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Chapter Twenty-Six: John 3:16 (Part 5)

Analysis Of John 3:36

First, John the Baptist is clearly amplifying 3:16 in 3:36. He repeats verbatim the salvation formula of John 3:16 but then John provides a competing contrast. John contrasts pisteousin eis with disobeying as a warning to the one who is pisteuo-ing. Here is what John 3:36 says literally in a correct translation:

He that keeps on obeying unto the Son keeps on having eternal life [cf. the 3:16 formula], and he that keeps on disobeying [apeitheo] toward [to in Greek] the Son shall not see life, but the wrath of God keeps on remaining on him.

In 3:36b, the Greek verb apeitho has one and only one meaning in Greek: to disobey.23 Cf. Acts 26:19 (“Oh king Agrippa, I was not disobedient (apeithes) to the heavenly vision.”); Titus 1:16 (apeithes, “disobedient” (KJV).)

F.F.Bruce says it is clear in the sentence structure that the pisteousin eis in the first part of John 3:36a is used “here in antithesis” to disobedience in the second part — in John 3:36b. (Frederick Fyvie Bruce, The Gospel of John (Wm. B. Eerdmans: 1994) at 98.) He says as a result of this antithesis in 3:36, “saving faith comprises believing and obeying.” Bruce adds that those who “will not obey the son cut themselves off from the benefits of His sin-removing work,” and their “persistent impertinence leaves them exposed to the wrath of God....” (F.F. Bruce, The Gospel of John, supra, at 98.)

F.F. Bruce’s conclusion about John 3:36a is highly significant. If you read Bruce with care, he touches little on the issue of what pisteuo eis in John 3:16 means about salvation on the page where he directly discusses John 3:16. (See, id., at 89.) Yet, here, when Bruce finally reaches John 3:36, and the same salvation formula is repeated verbatim, Bruce reveals a blockbuster fact. Bruce sees clearly there is more to the pisteuo-formula of John 3:16 which re-appears verbatim in 3:36a. Bruce precisely relies upon the antithesis between pisteuo in 3:36a and apeitho in John 3:36b to come to the conclusion pisteuo means obey, not merely believes.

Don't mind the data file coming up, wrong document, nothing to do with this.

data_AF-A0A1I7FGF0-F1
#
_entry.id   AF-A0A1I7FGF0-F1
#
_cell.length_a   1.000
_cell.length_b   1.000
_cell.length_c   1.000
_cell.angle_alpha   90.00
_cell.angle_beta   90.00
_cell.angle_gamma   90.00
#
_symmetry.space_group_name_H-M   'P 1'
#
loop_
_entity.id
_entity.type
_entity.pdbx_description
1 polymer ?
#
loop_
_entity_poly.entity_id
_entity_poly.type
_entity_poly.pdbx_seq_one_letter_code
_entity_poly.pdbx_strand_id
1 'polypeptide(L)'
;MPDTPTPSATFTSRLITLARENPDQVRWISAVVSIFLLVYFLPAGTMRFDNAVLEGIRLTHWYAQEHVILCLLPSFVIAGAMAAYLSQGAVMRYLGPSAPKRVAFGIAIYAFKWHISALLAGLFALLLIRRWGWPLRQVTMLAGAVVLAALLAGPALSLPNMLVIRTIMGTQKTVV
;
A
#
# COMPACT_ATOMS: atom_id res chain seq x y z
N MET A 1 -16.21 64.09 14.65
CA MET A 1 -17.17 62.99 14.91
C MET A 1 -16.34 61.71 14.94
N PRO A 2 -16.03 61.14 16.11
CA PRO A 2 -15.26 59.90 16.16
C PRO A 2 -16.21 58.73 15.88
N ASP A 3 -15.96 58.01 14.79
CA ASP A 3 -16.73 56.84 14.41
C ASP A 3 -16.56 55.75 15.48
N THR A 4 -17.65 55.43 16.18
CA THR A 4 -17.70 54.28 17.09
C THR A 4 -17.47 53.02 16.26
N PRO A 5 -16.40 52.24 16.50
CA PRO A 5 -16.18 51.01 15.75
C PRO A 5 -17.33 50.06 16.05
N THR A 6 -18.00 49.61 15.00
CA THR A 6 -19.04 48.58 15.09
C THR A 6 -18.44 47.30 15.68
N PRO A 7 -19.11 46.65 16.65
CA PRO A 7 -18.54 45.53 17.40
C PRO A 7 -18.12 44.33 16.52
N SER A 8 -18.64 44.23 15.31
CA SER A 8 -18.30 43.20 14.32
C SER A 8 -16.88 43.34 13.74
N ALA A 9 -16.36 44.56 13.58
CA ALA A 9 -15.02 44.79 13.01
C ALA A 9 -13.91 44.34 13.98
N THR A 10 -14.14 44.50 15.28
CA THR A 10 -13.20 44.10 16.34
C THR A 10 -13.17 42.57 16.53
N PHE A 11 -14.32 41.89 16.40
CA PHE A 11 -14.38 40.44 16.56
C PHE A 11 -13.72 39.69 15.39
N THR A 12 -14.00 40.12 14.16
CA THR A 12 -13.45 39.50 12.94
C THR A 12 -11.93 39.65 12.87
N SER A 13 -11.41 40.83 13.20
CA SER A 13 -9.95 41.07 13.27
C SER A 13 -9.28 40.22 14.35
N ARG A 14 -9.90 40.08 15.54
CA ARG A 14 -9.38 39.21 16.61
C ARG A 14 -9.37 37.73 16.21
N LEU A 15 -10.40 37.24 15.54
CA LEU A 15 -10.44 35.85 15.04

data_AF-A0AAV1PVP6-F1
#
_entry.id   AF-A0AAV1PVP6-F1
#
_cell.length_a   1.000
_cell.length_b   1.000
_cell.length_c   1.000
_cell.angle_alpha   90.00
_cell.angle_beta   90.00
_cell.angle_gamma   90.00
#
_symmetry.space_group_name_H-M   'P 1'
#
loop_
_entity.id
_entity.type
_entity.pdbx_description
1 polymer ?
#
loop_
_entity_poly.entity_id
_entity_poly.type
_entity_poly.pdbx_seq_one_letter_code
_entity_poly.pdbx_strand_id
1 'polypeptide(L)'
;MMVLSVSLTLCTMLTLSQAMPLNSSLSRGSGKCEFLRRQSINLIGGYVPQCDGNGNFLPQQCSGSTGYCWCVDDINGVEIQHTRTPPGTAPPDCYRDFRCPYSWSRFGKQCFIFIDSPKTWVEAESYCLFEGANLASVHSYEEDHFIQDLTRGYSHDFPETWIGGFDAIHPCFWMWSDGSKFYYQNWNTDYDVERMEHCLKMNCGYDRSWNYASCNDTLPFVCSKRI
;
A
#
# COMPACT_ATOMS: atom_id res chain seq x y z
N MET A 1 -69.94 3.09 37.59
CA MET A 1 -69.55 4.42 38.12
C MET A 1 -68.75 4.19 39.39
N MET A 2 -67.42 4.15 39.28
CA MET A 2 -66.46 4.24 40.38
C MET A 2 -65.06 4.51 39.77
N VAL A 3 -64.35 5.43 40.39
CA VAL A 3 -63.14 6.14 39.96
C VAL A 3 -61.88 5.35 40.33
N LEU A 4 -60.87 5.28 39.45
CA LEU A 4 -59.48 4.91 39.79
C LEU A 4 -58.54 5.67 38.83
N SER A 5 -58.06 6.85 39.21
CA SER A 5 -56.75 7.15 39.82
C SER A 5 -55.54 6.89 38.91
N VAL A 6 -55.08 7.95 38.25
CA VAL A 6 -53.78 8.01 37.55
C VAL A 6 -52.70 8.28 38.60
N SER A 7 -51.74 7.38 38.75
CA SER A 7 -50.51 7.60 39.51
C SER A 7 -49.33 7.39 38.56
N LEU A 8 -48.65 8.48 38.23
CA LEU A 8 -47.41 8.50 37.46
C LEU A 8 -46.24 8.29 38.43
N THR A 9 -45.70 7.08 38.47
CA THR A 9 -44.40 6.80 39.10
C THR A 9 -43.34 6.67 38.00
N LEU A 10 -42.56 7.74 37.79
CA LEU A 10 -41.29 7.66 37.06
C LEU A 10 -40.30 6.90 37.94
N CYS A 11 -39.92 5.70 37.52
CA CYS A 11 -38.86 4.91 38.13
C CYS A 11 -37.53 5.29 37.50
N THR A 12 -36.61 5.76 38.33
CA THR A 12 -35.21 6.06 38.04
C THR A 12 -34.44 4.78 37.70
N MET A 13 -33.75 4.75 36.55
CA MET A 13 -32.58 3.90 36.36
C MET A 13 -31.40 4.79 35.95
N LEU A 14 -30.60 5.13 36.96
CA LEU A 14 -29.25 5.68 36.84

Who is F.F.Bruce? This is the same F.F. Bruce (19101990) who impressed evangelicals with his work New Testament Documents: Are They Reliable? He taught Greek for years at the University of Edinburgh. He was the editor of the Evangelical Quarterly.

Yet, what Bruce is revealing in his penultimate book before he died was the most profound revelation of all. He sees the pisteuo of John 3:16 in the light of John 3:36. He says salvation must depend crucially not just on belief, but on obedience. It is John 3:36 that illuminates John 3:16 for F.F. Bruce.

This is also the message of John MacArthur. In his The Gospel According to Jesus (Zondervan: 1994), John MacArthur recognizes John 3:36 proves the ‘believing’ in John 3:36a is ended by the disobedience in John 3:36b. Mac-Arthur says this proves salvation depends on a lasting obedience to Christ’s authority, not on a one-time ‘believing.’ (Id. at 39 fn.) Hence, disobedience to Jesus’ commands means God’s wrath rests on you. MacArthur recognizes this disobedience in John 3:36b is directly a negation of pisteousin eis in John 3:36a.

Therefore, when John 3:36b says God’s wrath rests on the disobedient, it does so in contrast to those in John 3:36a who keep on pisteuo-sing and who otherwise would have kept on having an “eternal life.” Prophet John-the-Baptist in John 3:36b meant therefore to put in jeopardy those pisteuosing in John 3:36a who fall into temptation, thereby breaking the pistis they have. It is Luke 8:13 all over again — the seed that is pisteuo-ing for a while (typically translated as believes), then falls into temptation, withers and dies.